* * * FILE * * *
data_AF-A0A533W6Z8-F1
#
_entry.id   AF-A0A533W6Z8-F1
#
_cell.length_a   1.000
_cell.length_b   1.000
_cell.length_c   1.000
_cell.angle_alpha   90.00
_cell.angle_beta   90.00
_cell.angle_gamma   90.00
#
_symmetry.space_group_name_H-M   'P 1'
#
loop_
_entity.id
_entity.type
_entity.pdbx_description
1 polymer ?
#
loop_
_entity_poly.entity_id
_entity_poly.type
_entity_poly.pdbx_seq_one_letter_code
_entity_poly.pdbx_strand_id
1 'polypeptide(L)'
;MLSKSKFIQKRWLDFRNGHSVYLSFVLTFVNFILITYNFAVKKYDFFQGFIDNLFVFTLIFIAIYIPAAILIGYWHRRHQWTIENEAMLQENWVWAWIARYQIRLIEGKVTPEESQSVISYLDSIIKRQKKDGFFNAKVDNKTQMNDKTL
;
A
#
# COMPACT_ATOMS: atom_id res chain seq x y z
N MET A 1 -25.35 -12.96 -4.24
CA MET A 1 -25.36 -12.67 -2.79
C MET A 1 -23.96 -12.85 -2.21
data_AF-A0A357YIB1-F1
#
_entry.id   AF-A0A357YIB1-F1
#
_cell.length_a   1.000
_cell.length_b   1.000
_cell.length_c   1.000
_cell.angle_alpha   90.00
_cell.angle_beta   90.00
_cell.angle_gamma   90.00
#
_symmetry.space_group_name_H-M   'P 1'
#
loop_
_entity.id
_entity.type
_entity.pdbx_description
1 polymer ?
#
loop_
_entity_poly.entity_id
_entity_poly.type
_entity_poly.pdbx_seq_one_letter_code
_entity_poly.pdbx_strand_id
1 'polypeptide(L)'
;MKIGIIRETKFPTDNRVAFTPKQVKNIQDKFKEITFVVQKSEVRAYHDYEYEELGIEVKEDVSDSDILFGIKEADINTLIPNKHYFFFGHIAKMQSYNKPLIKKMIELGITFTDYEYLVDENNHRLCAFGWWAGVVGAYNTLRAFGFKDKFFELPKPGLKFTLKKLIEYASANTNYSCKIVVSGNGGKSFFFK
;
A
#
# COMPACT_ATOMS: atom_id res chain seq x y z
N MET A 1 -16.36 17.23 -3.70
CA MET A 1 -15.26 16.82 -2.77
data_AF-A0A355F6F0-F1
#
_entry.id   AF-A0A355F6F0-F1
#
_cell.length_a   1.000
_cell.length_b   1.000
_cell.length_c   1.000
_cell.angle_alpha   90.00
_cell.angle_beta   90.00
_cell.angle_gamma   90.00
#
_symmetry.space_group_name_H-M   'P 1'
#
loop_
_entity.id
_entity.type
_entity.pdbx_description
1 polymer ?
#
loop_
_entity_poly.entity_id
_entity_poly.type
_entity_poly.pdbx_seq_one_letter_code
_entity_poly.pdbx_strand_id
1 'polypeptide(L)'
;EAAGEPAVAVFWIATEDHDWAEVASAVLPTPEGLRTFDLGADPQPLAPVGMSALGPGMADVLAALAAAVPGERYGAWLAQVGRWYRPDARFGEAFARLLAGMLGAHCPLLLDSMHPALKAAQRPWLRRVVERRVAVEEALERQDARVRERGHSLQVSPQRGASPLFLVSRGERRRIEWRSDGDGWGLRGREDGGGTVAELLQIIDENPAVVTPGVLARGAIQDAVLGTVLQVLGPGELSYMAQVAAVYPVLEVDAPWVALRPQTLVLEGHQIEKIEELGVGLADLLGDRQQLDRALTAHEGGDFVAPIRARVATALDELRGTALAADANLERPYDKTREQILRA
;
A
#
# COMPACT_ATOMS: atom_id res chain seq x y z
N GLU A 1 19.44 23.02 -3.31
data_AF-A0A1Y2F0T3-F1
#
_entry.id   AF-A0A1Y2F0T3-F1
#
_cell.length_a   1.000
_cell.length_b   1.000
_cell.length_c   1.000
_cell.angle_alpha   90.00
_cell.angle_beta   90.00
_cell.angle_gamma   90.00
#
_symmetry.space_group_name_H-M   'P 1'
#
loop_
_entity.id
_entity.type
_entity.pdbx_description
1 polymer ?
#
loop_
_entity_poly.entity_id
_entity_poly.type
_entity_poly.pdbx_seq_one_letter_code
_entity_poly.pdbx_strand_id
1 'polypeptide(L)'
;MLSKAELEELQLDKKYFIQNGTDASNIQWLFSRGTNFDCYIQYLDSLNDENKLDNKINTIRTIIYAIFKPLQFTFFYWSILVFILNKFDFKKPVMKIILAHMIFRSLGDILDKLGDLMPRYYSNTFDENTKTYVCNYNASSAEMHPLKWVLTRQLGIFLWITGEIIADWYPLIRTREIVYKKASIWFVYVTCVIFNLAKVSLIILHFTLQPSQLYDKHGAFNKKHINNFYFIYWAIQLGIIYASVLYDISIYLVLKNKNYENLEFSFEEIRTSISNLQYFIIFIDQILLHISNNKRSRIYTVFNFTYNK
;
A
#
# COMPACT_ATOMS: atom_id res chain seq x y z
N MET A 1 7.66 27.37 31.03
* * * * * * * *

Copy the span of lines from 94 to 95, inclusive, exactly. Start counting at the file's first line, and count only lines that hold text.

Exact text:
#
# COMPACT_ATOMS: atom_id res chain seq x y z